A brighter day
To the editor: The City of Northwood has left a bitter taste in the mouth of residents in surrounding communities for quite some time.
Furthermore, the manner in which the city collected thousands of dollars from both locals and outsiders under the pretense that it was about “safety” screamed, “have you no shame?” From the speed trap by I-280, the mobile van that was parked in ever-so-convenient spots (most of which took advantage of already struggling college students), to the red light and speed cameras placed at intersections.
Consequently, even mentioning the city of Northwood, in most respects, drew the response, “avoid it like the plague.”
Personally, I have taken pride in doing everything in my power to “hate” on the city of Northwood. During this period of “making the streets of Northwood safer” (aka lightweight robbery) I can honestly say, I would drive 30 minutes across town to visit the same business that was 10 minutes away in Northwood. This decision was out of sheer principle. Clearly, I was spending more time, gas, and money to go across town. Even the thought of going through Northwood became non-existent the moment the city decided to use its streets as a method to create revenue.
Enough with the negative, though. I am very happy and excited to see that the city made the right decision. The people have spoken over the past few years and it seems as if one by one, these money-making disgraces to the city have fallen. As it pertains to safety, it would be foolish to claim that the implementation of these devices would not be of any help at all, however, is the juice worth the squeeze?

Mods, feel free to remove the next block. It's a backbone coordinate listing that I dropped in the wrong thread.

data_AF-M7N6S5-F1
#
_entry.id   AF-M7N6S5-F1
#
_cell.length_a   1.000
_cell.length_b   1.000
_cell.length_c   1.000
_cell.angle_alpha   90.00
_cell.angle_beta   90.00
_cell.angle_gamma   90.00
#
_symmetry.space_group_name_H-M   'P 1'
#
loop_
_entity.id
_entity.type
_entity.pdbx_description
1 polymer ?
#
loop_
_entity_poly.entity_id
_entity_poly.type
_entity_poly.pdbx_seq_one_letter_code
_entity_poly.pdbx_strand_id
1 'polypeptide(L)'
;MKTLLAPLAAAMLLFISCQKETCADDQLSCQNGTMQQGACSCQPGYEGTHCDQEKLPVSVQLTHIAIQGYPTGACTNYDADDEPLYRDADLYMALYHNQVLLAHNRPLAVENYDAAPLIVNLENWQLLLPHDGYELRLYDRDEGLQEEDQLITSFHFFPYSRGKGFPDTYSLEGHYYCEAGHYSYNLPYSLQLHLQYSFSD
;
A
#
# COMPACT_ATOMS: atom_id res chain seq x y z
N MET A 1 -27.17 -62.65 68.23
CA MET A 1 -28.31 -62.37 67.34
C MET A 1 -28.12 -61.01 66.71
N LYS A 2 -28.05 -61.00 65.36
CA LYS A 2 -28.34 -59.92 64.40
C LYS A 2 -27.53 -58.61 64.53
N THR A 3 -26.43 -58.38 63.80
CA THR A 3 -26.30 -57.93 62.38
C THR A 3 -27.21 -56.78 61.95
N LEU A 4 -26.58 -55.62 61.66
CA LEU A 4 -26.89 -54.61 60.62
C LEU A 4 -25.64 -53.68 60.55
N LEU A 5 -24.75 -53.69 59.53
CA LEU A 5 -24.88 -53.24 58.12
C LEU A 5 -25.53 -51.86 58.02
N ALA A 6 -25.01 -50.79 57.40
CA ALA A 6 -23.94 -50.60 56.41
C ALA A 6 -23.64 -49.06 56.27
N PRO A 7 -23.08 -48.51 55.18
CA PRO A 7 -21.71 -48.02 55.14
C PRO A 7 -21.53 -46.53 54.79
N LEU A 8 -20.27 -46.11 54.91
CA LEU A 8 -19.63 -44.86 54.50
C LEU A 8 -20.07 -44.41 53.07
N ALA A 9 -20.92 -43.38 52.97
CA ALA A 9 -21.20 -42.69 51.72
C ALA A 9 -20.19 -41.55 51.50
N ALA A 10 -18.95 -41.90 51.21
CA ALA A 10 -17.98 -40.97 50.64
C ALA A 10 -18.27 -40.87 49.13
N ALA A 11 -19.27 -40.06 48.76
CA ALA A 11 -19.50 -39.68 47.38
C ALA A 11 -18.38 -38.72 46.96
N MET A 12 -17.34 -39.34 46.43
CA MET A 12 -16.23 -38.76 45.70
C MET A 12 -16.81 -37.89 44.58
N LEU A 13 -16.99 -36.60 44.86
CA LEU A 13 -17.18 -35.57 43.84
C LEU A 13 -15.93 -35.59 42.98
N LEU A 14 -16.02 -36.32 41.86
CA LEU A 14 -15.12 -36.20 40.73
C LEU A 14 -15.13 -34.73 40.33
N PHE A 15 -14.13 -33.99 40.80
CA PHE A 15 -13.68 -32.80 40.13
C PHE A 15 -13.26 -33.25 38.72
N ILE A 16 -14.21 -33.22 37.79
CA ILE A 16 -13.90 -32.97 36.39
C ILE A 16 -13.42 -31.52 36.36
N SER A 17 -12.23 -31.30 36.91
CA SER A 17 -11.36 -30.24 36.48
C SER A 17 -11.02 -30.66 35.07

The city of Northwood could have the safest streets in America, but at what cost? Moreover, if the city wants to continue practices that “maintain road safety,” then do so in a manner that is not deceptive and sneaky. The reputation of the city and businesses have suffered long enough.
To the editor; In the June 17 issue of The Press, an article by Cynthia L. Jacoby entitled, “Sales tax becoming touchy issue in Ottawa County,” there was a serious distortion of facts.
The writer had extensively interviewed and quoted Ohio Democratic Chairman Chris Redfern. Redfern, for an article that was supposed to be about taxation and took advantage of the opportunity to again falsely accuse former County Commissioner Mark Stahl of wrongdoing. He repeated untruths that Stahl had used Ottawa County resources in his personal business.
Mark Stahl filed a complaint with the Ohio Elections Commission (OEC) against the Ohio Democratic Party, headed by Chris Redfern, for campaign literature the party mailed during the November 2012 election that falsely maligned him. The OEC found probable cause of a violation of state election laws (against the Ohio Democratic Party). Jacoby did not include that fact in her article. Had she interviewed others, such as an OEC representative, she could have written a more fair and balanced report and not just filed another blatantly false and malicious accusation by Chris Redfern.
The last statement in the article was, “Redfern said, “He (referring to Mark Stahl) knows he’s guilty.” Presumably, Redfern thinks he can make this statement because Stahl chose not to go forward with the hearing since that would have been at his personal expense, while Redfern would have been using Democratic Party funds.
Not only is Redfern’s statement not true, but as the last statement in the article, it leaves the reader with the impression that Mark Stahl has done something wrong. Although we have come to expect these tactics from the chairman of the Democratic Party, the article is not responsible journalism.
Ottawa County Conservatives Club